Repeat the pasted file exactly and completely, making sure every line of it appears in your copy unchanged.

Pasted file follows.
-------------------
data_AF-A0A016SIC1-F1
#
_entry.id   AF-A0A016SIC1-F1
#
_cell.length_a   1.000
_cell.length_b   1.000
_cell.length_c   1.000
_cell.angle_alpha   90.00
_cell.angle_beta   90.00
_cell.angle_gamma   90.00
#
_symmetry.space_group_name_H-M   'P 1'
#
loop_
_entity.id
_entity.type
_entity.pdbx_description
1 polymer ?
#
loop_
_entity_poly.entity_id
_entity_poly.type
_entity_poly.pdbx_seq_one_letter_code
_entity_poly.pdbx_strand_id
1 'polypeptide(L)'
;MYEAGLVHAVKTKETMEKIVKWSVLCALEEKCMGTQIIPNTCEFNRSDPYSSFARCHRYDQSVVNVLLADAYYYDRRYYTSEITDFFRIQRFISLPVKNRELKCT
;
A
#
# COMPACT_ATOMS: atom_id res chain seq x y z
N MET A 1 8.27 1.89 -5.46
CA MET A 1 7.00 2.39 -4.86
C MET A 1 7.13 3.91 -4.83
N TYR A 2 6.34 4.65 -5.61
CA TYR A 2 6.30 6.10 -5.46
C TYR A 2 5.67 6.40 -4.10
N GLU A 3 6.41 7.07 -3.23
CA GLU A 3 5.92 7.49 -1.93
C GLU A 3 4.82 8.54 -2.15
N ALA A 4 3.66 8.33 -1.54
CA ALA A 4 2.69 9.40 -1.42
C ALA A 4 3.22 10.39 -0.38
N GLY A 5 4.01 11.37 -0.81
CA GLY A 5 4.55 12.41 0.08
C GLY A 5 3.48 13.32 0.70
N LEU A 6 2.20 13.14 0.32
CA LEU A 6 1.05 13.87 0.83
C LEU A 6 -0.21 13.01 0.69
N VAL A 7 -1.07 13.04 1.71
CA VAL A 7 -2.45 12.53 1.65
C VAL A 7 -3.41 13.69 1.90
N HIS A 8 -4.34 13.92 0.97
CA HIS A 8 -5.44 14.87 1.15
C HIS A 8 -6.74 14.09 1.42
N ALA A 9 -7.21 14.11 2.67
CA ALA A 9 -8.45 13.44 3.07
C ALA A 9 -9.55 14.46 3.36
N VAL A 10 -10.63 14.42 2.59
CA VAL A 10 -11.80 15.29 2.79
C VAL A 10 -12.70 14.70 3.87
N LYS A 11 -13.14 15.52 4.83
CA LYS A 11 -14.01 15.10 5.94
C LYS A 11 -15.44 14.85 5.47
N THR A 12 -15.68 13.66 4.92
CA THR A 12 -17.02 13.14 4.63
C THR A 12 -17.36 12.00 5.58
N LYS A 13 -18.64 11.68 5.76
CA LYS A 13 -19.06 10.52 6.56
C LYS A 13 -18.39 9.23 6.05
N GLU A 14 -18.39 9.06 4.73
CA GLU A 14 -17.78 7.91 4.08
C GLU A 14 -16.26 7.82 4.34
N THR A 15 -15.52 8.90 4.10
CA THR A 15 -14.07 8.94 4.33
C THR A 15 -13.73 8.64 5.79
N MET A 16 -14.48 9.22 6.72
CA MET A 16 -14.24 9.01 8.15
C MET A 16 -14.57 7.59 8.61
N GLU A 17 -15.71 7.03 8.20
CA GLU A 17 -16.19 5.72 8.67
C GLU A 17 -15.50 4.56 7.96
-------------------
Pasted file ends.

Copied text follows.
data_AF-A0A016SIC1-F1
#
_entry.id   AF-A0A016SIC1-F1
#
_cell.length_a   1.000
_cell.length_b   1.000
_cell.length_c   1.000
_cell.angle_alpha   90.00
_cell.angle_beta   90.00
_cell.angle_gamma   90.00
#
_symmetry.space_group_name_H-M   'P 1'
#
loop_
_entity.id
_entity.type
_entity.pdbx_description
1 polymer ?
#
loop_
_entity_poly.entity_id
_entity_poly.type
_entity_poly.pdbx_seq_one_letter_code
_entity_poly.pdbx_strand_id
1 'polypeptide(L)'
;MYEAGLVHAVKTKETMEKIVKWSVLCALEEKCMGTQIIPNTCEFNRSDPYSSFARCHRYDQSVVNVLLADAYYYDRRYYTSEITDFFRIQRFISLPVKNRELKCT
;
A
#
# COMPACT_ATOMS: atom_id res chain seq x y z
N MET A 1 8.27 1.89 -5.46
CA MET A 1 7.00 2.39 -4.86
C MET A 1 7.13 3.91 -4.83
N TYR A 2 6.34 4.65 -5.61
CA TYR A 2 6.30 6.10 -5.46
C TYR A 2 5.67 6.40 -4.10
N GLU A 3 6.41 7.07 -3.23
CA GLU A 3 5.92 7.49 -1.93
C GLU A 3 4.82 8.54 -2.15
N ALA A 4 3.66 8.33 -1.54
CA ALA A 4 2.69 9.40 -1.42
C ALA A 4 3.22 10.39 -0.38
N GLY A 5 4.01 11.37 -0.81
CA GLY A 5 4.55 12.41 0.08
C GLY A 5 3.48 13.32 0.70
N LEU A 6 2.20 13.14 0.32
CA LEU A 6 1.05 13.87 0.83
C LEU A 6 -0.21 13.01 0.69
N VAL A 7 -1.07 13.04 1.71
CA VAL A 7 -2.45 12.53 1.65
C VAL A 7 -3.41 13.69 1.90
N HIS A 8 -4.34 13.92 0.97
CA HIS A 8 -5.44 14.87 1.15
C HIS A 8 -6.74 14.09 1.42
N ALA A 9 -7.21 14.11 2.67
CA ALA A 9 -8.45 13.44 3.07
C ALA A 9 -9.55 14.46 3.36
N VAL A 10 -10.63 14.42 2.59
CA VAL A 10 -11.80 15.29 2.79
C VAL A 10 -12.70 14.70 3.87
N LYS A 11 -13.14 15.52 4.83
CA LYS A 11 -14.01 15.10 5.94
C LYS A 11 -15.44 14.85 5.47
N THR A 12 -15.68 13.66 4.92
CA THR A 12 -17.02 13.14 4.63
C THR A 12 -17.36 12.00 5.58
N LYS A 13 -18.64 11.68 5.76
CA LYS A 13 -19.06 10.52 6.56
C LYS A 13 -18.39 9.23 6.05
N GLU A 14 -18.39 9.06 4.73
CA GLU A 14 -17.78 7.91 4.08
C GLU A 14 -16.26 7.82 4.34
N THR A 15 -15.52 8.90 4.10
CA THR A 15 -14.07 8.94 4.33
C THR A 15 -13.73 8.64 5.79
N MET A 16 -14.48 9.22 6.72
CA MET A 16 -14.24 9.01 8.15
C MET A 16 -14.57 7.59 8.61
N GLU A 17 -15.71 7.03 8.20
CA GLU A 17 -16.19 5.72 8.67
C GLU A 17 -15.50 4.56 7.96